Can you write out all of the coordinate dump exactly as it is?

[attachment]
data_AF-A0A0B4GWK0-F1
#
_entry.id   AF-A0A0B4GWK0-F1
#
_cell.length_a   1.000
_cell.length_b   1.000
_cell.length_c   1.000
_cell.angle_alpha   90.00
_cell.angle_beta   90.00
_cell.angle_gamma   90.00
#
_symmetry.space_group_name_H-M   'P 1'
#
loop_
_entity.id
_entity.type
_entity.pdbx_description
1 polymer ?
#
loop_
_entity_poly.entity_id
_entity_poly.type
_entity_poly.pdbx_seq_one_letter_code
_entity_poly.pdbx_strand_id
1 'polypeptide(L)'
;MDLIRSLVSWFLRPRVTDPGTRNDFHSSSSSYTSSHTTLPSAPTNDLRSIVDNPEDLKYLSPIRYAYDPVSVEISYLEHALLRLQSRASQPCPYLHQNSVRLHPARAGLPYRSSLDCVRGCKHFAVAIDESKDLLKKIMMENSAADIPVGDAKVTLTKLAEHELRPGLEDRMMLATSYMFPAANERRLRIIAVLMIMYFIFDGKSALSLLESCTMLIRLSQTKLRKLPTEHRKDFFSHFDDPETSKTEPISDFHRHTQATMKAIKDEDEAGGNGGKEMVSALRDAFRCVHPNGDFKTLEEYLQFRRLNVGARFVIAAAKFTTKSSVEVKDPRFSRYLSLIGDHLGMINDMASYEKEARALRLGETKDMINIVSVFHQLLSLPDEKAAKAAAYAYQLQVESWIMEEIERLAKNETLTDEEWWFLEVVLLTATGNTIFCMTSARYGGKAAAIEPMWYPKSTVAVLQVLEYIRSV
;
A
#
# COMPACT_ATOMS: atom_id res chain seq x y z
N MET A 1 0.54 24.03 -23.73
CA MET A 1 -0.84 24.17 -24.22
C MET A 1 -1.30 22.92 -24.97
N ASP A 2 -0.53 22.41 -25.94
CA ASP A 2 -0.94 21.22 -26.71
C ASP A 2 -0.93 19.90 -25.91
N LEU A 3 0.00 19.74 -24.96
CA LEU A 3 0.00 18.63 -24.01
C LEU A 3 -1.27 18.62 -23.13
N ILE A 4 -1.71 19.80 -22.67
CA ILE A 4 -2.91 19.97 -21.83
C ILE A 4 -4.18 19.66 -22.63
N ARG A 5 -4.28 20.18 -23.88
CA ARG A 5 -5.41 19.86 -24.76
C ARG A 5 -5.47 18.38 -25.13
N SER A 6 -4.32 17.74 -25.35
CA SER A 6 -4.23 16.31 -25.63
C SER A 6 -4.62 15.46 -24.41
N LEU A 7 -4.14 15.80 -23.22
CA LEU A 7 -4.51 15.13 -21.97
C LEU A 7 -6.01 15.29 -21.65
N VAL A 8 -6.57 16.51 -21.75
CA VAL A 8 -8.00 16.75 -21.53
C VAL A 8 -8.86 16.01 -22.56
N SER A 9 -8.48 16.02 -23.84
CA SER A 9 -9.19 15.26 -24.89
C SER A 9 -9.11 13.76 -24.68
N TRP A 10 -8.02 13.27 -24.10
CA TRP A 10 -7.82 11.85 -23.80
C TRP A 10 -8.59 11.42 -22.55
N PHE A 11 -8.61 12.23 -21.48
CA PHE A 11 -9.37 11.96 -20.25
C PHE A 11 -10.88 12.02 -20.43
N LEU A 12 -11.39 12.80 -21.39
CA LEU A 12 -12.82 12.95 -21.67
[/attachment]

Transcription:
data_AF-A0A0B4GWK0-F1
#
_entry.id   AF-A0A0B4GWK0-F1
#
_cell.length_a   1.000
_cell.length_b   1.000
_cell.length_c   1.000
_cell.angle_alpha   90.00
_cell.angle_beta   90.00
_cell.angle_gamma   90.00
#
_symmetry.space_group_name_H-M   'P 1'
#
loop_
_entity.id
_entity.type
_entity.pdbx_description
1 polymer ?
#
loop_
_entity_poly.entity_id
_entity_poly.type
_entity_poly.pdbx_seq_one_letter_code
_entity_poly.pdbx_strand_id
1 'polypeptide(L)'
;MDLIRSLVSWFLRPRVTDPGTRNDFHSSSSSYTSSHTTLPSAPTNDLRSIVDNPEDLKYLSPIRYAYDPVSVEISYLEHALLRLQSRASQPCPYLHQNSVRLHPARAGLPYRSSLDCVRGCKHFAVAIDESKDLLKKIMMENSAADIPVGDAKVTLTKLAEHELRPGLEDRMMLATSYMFPAANERRLRIIAVLMIMYFIFDGKSALSLLESCTMLIRLSQTKLRKLPTEHRKDFFSHFDDPETSKTEPISDFHRHTQATMKAIKDEDEAGGNGGKEMVSALRDAFRCVHPNGDFKTLEEYLQFRRLNVGARFVIAAAKFTTKSSVEVKDPRFSRYLSLIGDHLGMINDMASYEKEARALRLGETKDMINIVSVFHQLLSLPDEKAAKAAAYAYQLQVESWIMEEIERLAKNETLTDEEWWFLEVVLLTATGNTIFCMTSARYGGKAAAIEPMWYPKSTVAVLQVLEYIRSV
;
A
#
# COMPACT_ATOMS: atom_id res chain seq x y z
N MET A 1 0.54 24.03 -23.73
CA MET A 1 -0.84 24.17 -24.22
C MET A 1 -1.30 22.92 -24.97
N ASP A 2 -0.53 22.41 -25.94
CA ASP A 2 -0.94 21.22 -26.71
C ASP A 2 -0.93 19.90 -25.91
N LEU A 3 0.00 19.74 -24.96
CA LEU A 3 0.00 18.63 -24.01
C LEU A 3 -1.27 18.62 -23.13
N ILE A 4 -1.71 19.80 -22.67
CA ILE A 4 -2.91 19.97 -21.83
C ILE A 4 -4.18 19.66 -22.63
N ARG A 5 -4.28 20.18 -23.88
CA ARG A 5 -5.41 19.86 -24.76
C ARG A 5 -5.47 18.38 -25.13
N SER A 6 -4.32 17.74 -25.35
CA SER A 6 -4.23 16.31 -25.63
C SER A 6 -4.62 15.46 -24.41
N LEU A 7 -4.14 15.80 -23.22
CA LEU A 7 -4.51 15.13 -21.97
C LEU A 7 -6.01 15.29 -21.65
N VAL A 8 -6.57 16.51 -21.75
CA VAL A 8 -8.00 16.75 -21.53
C VAL A 8 -8.86 16.01 -22.56
N SER A 9 -8.48 16.02 -23.84
CA SER A 9 -9.19 15.26 -24.89
C SER A 9 -9.11 13.76 -24.68
N TRP A 10 -8.02 13.27 -24.10
CA TRP A 10 -7.82 11.85 -23.80
C TRP A 10 -8.59 11.42 -22.55
N PHE A 11 -8.61 12.23 -21.48
CA PHE A 11 -9.37 11.96 -20.25
C PHE A 11 -10.88 12.02 -20.43
N LEU A 12 -11.39 12.80 -21.39
CA LEU A 12 -12.82 12.95 -21.67